Three of the major disorders that are included in special education include mental retardation, learning disabilities, and emotional/behavior disorders. The following define and describe the characteristics and effective teaching practices for the three major disorders according to the IDEA:
a. Mental retardation is a disability characterized by severely subaverage general intellectual functioning, which results in deficits in adaptive behavior that has manifested itself during the developmental period, prior to the age of 18. “Subaverage general intellectual functioning” refers to a score of two or more standard deviations from the mean below a standardized IQ test, which is approximately a score of 70. These deficits in adaptive behavior include an inability to meet the standards of personal independence and social responsibility of the age and social group.
There are effective teaching practices for students with mental retardation. These teaching practices include allotting students more time in order to complete their work, work that should be evaluated and appropriated based on the student’s ability. The skill level of any readings should be reduced and the student should have as much access to help and support, including a teacher aide, as possible. Participation in reading and comprehension should also be reduced to an amount that is appropriate for the student based on levels of mental retardation.
b. Learners with learning disabilities are those who have a disorder in which the student has difficulty learning in a normal manner under normal circumstances. A learning disability is a disorder in one or more of the basic psychological processes involved in understanding or using written/spoken language, including listening, thinking, speaking, and writing. These “normal circumstances” include normal intelligence levels and a normal learning environment to succeed. Characteristics of learning disabilities include dyslexic or perceptually disabled students, such as those who are deaf or visually impaired. Students with learning disabilities have an average IQ level.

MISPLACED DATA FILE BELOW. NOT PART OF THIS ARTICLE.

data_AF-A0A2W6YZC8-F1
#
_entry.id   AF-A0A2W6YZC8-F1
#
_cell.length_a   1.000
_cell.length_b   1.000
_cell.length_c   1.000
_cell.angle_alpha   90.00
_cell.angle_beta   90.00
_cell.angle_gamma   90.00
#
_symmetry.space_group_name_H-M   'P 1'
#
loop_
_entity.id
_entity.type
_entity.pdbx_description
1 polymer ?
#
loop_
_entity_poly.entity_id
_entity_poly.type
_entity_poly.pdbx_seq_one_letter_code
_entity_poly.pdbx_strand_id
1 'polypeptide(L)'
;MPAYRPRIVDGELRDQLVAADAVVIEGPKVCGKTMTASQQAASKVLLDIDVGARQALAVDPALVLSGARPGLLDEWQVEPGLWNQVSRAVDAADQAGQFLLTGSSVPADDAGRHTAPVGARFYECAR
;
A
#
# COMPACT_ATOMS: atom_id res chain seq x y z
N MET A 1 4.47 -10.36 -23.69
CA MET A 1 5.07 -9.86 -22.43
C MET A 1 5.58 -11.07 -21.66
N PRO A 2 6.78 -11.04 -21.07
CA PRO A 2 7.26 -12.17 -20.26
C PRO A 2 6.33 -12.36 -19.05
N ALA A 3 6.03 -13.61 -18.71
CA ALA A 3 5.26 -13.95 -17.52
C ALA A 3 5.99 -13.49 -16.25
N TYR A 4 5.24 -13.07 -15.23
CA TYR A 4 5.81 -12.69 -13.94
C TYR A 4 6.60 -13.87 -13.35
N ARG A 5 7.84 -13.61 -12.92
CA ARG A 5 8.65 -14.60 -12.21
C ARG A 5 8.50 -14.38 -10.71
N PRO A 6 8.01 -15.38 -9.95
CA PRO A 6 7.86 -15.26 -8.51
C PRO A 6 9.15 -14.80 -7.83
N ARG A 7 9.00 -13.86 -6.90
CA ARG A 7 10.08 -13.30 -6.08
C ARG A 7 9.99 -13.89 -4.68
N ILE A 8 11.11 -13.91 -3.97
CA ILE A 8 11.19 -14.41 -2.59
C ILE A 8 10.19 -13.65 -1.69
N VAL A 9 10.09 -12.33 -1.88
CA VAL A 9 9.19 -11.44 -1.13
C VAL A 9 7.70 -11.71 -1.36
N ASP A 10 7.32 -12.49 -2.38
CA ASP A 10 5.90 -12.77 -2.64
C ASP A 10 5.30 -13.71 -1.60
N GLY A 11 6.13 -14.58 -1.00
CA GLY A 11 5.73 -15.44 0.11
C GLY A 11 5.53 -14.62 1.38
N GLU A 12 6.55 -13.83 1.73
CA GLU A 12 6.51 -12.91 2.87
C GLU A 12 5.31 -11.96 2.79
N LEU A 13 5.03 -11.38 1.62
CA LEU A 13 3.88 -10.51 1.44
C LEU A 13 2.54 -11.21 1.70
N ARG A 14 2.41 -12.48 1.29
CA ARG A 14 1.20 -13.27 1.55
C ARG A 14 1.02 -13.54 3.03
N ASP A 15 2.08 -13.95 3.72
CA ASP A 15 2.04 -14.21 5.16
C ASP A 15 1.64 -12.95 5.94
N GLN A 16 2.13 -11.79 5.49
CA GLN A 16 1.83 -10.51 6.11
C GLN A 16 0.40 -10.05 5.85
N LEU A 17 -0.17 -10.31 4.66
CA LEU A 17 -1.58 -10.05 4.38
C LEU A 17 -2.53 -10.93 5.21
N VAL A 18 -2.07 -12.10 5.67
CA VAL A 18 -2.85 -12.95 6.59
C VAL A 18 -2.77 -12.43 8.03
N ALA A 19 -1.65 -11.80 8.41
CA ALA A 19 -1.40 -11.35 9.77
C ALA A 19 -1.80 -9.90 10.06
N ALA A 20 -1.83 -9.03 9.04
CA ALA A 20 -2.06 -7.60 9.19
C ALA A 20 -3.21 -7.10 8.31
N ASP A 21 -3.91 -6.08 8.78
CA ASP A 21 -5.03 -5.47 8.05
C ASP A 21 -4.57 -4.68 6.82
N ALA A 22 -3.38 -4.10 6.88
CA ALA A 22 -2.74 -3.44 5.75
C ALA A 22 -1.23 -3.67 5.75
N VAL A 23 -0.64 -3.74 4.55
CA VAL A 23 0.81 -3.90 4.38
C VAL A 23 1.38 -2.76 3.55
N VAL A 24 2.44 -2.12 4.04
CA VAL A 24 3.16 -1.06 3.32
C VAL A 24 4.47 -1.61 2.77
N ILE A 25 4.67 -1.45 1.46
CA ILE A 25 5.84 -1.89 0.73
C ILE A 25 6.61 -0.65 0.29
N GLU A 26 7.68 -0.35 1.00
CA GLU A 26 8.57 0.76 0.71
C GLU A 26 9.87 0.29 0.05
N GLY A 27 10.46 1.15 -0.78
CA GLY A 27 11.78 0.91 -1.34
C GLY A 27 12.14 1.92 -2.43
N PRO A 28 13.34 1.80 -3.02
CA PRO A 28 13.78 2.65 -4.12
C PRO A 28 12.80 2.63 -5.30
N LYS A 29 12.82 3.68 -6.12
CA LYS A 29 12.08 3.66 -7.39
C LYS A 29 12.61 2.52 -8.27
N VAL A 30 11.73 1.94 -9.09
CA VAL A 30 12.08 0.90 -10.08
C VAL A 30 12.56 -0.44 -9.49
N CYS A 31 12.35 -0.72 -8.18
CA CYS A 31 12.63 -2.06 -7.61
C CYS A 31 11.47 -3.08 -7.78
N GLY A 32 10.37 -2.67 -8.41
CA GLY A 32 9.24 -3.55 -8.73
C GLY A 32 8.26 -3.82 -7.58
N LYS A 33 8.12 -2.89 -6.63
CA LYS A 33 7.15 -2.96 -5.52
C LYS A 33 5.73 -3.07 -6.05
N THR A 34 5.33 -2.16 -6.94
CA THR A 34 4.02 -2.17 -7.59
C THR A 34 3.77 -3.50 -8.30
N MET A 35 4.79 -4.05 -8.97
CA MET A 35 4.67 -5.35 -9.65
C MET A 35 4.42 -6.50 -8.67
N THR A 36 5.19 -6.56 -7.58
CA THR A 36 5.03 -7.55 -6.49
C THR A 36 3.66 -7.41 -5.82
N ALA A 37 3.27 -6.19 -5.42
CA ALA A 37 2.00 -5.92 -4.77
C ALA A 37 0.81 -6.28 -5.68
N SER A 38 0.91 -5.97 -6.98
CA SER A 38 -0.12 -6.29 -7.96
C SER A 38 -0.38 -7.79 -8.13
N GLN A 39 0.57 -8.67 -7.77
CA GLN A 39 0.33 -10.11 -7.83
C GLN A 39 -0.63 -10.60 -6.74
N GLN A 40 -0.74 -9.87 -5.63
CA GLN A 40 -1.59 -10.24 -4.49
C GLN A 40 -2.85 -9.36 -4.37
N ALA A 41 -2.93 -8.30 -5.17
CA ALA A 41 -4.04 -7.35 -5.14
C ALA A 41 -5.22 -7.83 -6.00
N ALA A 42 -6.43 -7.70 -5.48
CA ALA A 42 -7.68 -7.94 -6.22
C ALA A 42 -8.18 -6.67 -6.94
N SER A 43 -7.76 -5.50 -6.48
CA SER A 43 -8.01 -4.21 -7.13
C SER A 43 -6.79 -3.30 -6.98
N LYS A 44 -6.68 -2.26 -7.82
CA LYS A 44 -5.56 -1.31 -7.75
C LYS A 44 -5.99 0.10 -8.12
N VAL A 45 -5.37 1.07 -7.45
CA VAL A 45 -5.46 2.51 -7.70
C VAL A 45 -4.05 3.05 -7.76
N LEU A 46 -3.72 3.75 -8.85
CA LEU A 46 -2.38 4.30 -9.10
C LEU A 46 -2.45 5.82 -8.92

Students with learning disabilities should get a lot of help in learning properly, and there are many effective teaching strategies for them. Students should get an aide if there is a severe learning disability, and students should get as many accommodations as they need to perform as normal as possible. These accommodations include increased time on tests, in cases such as dyslexia or visual impairment, and accommodations should be made within the classroom itself. These accommodations include sitting the student closer to the front of the room for visual or hearing impairments, and, for severe deafness, a signer could be provided as an accommodation if necessary.
c. For students with emotional or behavioral problems, there is some level of difficulty in defining what an emotional or behavioral disorder is. There are problems with definitions because we lack precise definitions of “normal behavior,” and there are differences among conceptual models of mental health. Measurements of emotions and behavior are extremely hard and imprecise, and behavioral disorders often overlap with other disabilities.
Emotional disorders are currently defined as a conditioning exhibiting one or more of the following characteristics: an inability to learn that cannot be explained by intellectual, sensory, or health factors, an inability to build or maintain satisfactory relationships with peers and teachers, inappropriate types of behavior or feelings under normal circumstances, and a tendency to develop physical symptoms or fears associated with person or school problems. This term includes children with schizophrenia, but not “socially maladjusted” students who are not emotionally disturbed.
Students who have emotional or behavior disorders should have their workload reduced if an emotional disorder is so severe that it truly incapacitates the student in his or her ability to perform. An aide to keep the student on track and focused may be needed, and teachers should attempt to have a large amount of output or participation from the student if it is possible, but if a student is very impaired by the disorder, the level of output and participation may be reduced if the student is not able to completely integrate socially or educationally with the rest of the class.
Hallahan, D. & Kauffman, J. (2008). Exceptional Learners. New York: Pearson Publishing.